What impressed me most was Livio's consummate scholarship in exploring these essentially human (as opposed to scientific) questions. An impressive example is his handling of the intriguing issue of how mutually aware Darwin and Mendel were of each others' work. As it turns out, Darwin was probably unaware of Mendel, whereas Mendel had certainly read Darwin in translation and made margin notes on a weakness in his thinking- a weakness Darwin later corrected on his own without having read Mendel's notes on the subject. My point is neither the weakness ("pangenesis") nor its correction, but Livio's wonderful lesson of how critcal curiosity and intellectual freedom both are for any science-based policy.
Compare it to the dogmatism and scientific ignorance of a "drug war" prescribed by "Drs" Nixon and Mitchell in 1969, and administered since 1974- with catastrophic results- by the DEA with guidance from NIDA.
I tried (unsuccessfully, as it turned out) to include a link to a short lecture by Dr Livio on the subject of "curiosity." It deserves wide attention, especially in the US. A great nation does not inflict a punitive losing war on its neighbors. A "wise" species does not knuckle under to scientific ignorance imposed by corrupt police.
I'll include the "missing link" in an email or the next entry.
January 04, 2014
Cannabis Prohibition as Human FollyHistory is the written record of our human interactions with each other and with our planetary environment. Although we are thought to have evolved as a species about a quarter of a million years ago, we first had to master language and writing before we could make full use of the cognitive potential our prolonged evolutionary heritage had provided us with. Nor, for that matter, do we have any reason to believe Human Evolution is over, or that its consequences will necessarily be to our advantage as a species.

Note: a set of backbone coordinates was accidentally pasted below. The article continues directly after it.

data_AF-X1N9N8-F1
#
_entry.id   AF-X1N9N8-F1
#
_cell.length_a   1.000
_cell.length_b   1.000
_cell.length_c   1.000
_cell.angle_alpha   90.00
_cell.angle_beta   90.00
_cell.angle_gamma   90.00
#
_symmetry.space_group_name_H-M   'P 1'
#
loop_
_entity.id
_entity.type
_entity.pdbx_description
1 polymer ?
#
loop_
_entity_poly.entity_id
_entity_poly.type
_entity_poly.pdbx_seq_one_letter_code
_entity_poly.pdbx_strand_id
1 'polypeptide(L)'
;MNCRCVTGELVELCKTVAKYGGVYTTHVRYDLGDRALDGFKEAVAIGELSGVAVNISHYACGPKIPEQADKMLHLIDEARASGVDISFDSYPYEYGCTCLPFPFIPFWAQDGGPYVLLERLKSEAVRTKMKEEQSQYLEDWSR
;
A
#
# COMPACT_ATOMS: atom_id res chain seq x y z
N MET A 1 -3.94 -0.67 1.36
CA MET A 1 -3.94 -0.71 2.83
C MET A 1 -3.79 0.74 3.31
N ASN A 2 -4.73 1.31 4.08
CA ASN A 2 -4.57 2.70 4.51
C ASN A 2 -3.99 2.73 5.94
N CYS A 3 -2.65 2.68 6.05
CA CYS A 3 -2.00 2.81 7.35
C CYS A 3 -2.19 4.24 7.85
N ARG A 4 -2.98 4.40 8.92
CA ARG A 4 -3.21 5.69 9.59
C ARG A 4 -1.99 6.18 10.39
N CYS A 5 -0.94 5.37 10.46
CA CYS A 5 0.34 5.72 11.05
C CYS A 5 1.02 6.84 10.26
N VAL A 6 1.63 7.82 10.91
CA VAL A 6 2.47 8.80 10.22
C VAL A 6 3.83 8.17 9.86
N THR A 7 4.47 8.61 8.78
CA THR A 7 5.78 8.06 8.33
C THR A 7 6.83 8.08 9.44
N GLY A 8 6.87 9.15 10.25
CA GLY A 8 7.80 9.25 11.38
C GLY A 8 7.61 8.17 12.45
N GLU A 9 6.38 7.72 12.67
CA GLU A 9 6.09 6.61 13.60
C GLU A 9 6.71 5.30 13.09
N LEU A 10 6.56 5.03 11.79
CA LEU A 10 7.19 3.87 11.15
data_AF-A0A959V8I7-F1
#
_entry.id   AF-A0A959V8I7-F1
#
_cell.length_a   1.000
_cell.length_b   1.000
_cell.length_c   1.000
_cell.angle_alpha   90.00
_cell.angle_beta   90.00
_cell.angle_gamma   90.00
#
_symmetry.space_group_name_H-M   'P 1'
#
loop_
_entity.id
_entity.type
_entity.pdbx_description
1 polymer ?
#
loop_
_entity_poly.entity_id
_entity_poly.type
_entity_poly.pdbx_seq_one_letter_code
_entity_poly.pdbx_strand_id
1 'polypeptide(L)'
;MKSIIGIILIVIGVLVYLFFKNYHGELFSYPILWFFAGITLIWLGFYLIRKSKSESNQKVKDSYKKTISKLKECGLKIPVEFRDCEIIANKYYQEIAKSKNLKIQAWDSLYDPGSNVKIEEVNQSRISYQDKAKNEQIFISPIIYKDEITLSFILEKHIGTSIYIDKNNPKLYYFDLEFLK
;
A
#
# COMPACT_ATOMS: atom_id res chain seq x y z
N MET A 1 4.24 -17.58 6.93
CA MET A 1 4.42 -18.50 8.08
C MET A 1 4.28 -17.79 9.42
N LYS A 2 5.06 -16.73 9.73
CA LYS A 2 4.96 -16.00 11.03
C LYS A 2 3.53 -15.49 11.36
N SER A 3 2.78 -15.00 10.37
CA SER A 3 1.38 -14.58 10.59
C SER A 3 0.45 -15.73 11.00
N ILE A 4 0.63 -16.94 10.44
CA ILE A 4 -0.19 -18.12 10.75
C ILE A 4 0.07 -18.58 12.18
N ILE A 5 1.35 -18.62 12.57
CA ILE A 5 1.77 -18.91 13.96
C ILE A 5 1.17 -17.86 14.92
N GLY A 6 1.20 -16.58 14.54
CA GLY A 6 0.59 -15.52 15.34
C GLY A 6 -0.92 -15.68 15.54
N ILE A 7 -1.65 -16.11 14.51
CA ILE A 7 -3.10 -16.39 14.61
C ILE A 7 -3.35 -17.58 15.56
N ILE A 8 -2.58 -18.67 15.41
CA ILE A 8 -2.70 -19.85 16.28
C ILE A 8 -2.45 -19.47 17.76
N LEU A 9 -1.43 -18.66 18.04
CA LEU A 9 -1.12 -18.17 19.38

In fact the fossil record reveals that extinction has been the fate of the majority of species that have evolved since life first appeared on the planet; also that several mass extinctions have occurred in the past.
Before getting too far into the subject of Evolution, it may be helpful to realize that not only is the concept itself still rejected by a significant fraction of educated humans, there is a growing dichotomy right here in the United States: a recent Pew Research survey showed that a declining percentage of Republicans believe in Human evolution, while the percentage of Democrats who do so has increased.
Unfortunately, that news was turned up while I was distracted by two other hot items: first, the announcement that "legal" marijuana went on sale in Colorado on January 1st; also that Coloradans hoping to take advantage of their new freedom may find themselves literally out in the cold.
All of which tends to confirm a suspicion that had been sneaking up on me for several years and recently become downright intrusive: any "cognitive" species dumb enough to follow Richard Nixon over a cliff by outlawing cannabis may not have a long future.
While many have taken comfort from our many escapes from disaster; it would be well to remember that the huge increase in our population has made us far more vulnerable to the natural disasters we have long been ignoring in our pursuit of wealth and power. In fact, we may finally have become clever enough to add to them all by ourselves.
As usual, not all agree, as the comments on Hayes' article demonstrate. More on this later.